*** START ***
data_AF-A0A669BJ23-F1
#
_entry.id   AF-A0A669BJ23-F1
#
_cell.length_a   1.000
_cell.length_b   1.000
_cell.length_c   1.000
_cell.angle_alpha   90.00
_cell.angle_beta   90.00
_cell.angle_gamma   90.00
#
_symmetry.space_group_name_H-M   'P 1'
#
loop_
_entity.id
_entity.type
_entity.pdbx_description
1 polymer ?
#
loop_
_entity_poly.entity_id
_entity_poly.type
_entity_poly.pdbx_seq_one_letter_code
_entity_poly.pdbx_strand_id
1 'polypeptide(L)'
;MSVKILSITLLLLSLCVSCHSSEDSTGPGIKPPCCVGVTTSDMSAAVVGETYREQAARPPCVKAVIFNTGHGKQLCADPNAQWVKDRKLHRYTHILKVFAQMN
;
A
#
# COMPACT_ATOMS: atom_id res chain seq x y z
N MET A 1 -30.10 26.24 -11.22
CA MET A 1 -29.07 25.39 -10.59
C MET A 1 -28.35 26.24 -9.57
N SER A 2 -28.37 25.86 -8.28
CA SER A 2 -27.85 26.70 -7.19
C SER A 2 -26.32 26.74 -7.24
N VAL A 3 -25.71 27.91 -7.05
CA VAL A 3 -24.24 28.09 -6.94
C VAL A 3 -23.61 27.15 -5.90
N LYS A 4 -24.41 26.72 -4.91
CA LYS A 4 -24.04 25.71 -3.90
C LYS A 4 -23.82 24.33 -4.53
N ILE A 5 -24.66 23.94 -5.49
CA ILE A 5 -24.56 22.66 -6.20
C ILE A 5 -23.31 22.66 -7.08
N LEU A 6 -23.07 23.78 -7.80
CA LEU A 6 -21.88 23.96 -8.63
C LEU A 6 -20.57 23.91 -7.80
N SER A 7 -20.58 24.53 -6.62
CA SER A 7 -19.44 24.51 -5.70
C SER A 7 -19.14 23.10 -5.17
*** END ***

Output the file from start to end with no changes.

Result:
data_AF-A0A669BJ23-F1
#
_entry.id   AF-A0A669BJ23-F1
#
_cell.length_a   1.000
_cell.length_b   1.000
_cell.length_c   1.000
_cell.angle_alpha   90.00
_cell.angle_beta   90.00
_cell.angle_gamma   90.00
#
_symmetry.space_group_name_H-M   'P 1'
#
loop_
_entity.id
_entity.type
_entity.pdbx_description
1 polymer ?
#
loop_
_entity_poly.entity_id
_entity_poly.type
_entity_poly.pdbx_seq_one_letter_code
_entity_poly.pdbx_strand_id
1 'polypeptide(L)'
;MSVKILSITLLLLSLCVSCHSSEDSTGPGIKPPCCVGVTTSDMSAAVVGETYREQAARPPCVKAVIFNTGHGKQLCADPNAQWVKDRKLHRYTHILKVFAQMN
;
A
#
# COMPACT_ATOMS: atom_id res chain seq x y z
N MET A 1 -30.10 26.24 -11.22
CA MET A 1 -29.07 25.39 -10.59
C MET A 1 -28.35 26.24 -9.57
N SER A 2 -28.37 25.86 -8.28
CA SER A 2 -27.85 26.70 -7.19
C SER A 2 -26.32 26.74 -7.24
N VAL A 3 -25.71 27.91 -7.05
CA VAL A 3 -24.24 28.09 -6.94
C VAL A 3 -23.61 27.15 -5.90
N LYS A 4 -24.41 26.72 -4.91
CA LYS A 4 -24.04 25.71 -3.90
C LYS A 4 -23.82 24.33 -4.53
N ILE A 5 -24.66 23.94 -5.49
CA ILE A 5 -24.56 22.66 -6.20
C ILE A 5 -23.31 22.66 -7.08
N LEU A 6 -23.07 23.78 -7.80
CA LEU A 6 -21.88 23.96 -8.63
C LEU A 6 -20.57 23.91 -7.80
N SER A 7 -20.58 24.53 -6.62
CA SER A 7 -19.44 24.51 -5.70
C SER A 7 -19.14 23.10 -5.17